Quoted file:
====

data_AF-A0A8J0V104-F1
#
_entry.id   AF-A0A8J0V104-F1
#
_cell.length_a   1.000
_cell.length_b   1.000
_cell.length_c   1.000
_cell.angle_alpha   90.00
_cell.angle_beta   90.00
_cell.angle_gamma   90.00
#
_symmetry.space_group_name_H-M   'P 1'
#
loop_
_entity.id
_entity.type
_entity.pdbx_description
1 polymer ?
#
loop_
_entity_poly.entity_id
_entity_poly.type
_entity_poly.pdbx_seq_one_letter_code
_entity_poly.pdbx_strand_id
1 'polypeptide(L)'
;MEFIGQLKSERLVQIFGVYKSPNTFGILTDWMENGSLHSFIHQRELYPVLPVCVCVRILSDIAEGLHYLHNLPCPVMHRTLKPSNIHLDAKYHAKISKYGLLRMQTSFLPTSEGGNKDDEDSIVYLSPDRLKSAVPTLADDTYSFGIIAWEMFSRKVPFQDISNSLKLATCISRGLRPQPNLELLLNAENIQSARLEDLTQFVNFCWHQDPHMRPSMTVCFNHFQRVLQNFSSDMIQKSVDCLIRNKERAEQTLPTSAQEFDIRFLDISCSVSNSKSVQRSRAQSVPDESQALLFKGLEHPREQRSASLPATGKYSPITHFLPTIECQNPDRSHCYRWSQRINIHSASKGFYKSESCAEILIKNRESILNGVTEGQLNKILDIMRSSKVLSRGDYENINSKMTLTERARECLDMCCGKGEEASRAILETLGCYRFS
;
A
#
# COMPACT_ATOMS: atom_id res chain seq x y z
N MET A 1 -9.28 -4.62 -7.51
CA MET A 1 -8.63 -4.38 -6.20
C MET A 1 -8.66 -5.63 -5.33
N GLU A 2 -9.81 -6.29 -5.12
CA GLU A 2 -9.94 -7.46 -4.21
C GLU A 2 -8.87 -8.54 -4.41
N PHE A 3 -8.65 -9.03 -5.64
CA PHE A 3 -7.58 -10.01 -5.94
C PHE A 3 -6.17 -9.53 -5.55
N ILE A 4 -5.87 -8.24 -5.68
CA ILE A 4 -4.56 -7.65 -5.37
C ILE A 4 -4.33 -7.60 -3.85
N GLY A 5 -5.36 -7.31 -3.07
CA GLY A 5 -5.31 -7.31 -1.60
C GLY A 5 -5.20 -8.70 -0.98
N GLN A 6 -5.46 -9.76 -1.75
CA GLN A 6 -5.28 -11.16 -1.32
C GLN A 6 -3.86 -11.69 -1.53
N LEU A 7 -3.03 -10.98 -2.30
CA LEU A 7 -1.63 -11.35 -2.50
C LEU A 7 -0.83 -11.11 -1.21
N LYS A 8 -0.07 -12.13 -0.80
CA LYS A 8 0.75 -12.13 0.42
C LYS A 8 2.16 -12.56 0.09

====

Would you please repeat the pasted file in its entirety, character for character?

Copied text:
data_AF-A0A8J0V104-F1
#
_entry.id   AF-A0A8J0V104-F1
#
_cell.length_a   1.000
_cell.length_b   1.000
_cell.length_c   1.000
_cell.angle_alpha   90.00
_cell.angle_beta   90.00
_cell.angle_gamma   90.00
#
_symmetry.space_group_name_H-M   'P 1'
#
loop_
_entity.id
_entity.type
_entity.pdbx_description
1 polymer ?
#
loop_
_entity_poly.entity_id
_entity_poly.type
_entity_poly.pdbx_seq_one_letter_code
_entity_poly.pdbx_strand_id
1 'polypeptide(L)'
;MEFIGQLKSERLVQIFGVYKSPNTFGILTDWMENGSLHSFIHQRELYPVLPVCVCVRILSDIAEGLHYLHNLPCPVMHRTLKPSNIHLDAKYHAKISKYGLLRMQTSFLPTSEGGNKDDEDSIVYLSPDRLKSAVPTLADDTYSFGIIAWEMFSRKVPFQDISNSLKLATCISRGLRPQPNLELLLNAENIQSARLEDLTQFVNFCWHQDPHMRPSMTVCFNHFQRVLQNFSSDMIQKSVDCLIRNKERAEQTLPTSAQEFDIRFLDISCSVSNSKSVQRSRAQSVPDESQALLFKGLEHPREQRSASLPATGKYSPITHFLPTIECQNPDRSHCYRWSQRINIHSASKGFYKSESCAEILIKNRESILNGVTEGQLNKILDIMRSSKVLSRGDYENINSKMTLTERARECLDMCCGKGEEASRAILETLGCYRFS
;
A
#
# COMPACT_ATOMS: atom_id res chain seq x y z
N MET A 1 -9.28 -4.62 -7.51
CA MET A 1 -8.63 -4.38 -6.20
C MET A 1 -8.66 -5.63 -5.33
N GLU A 2 -9.81 -6.29 -5.12
CA GLU A 2 -9.94 -7.46 -4.21
C GLU A 2 -8.87 -8.54 -4.41
N PHE A 3 -8.65 -9.03 -5.64
CA PHE A 3 -7.58 -10.01 -5.94
C PHE A 3 -6.17 -9.53 -5.55
N ILE A 4 -5.87 -8.24 -5.68
CA ILE A 4 -4.56 -7.65 -5.37
C ILE A 4 -4.33 -7.60 -3.85
N GLY A 5 -5.36 -7.31 -3.07
CA GLY A 5 -5.31 -7.31 -1.60
C GLY A 5 -5.20 -8.70 -0.98
N GLN A 6 -5.46 -9.76 -1.75
CA GLN A 6 -5.28 -11.16 -1.32
C GLN A 6 -3.86 -11.69 -1.53
N LEU A 7 -3.03 -10.98 -2.30
CA LEU A 7 -1.63 -11.35 -2.50
C LEU A 7 -0.83 -11.11 -1.21
N LYS A 8 -0.07 -12.13 -0.80
CA LYS A 8 0.75 -12.13 0.42
C LYS A 8 2.16 -12.56 0.09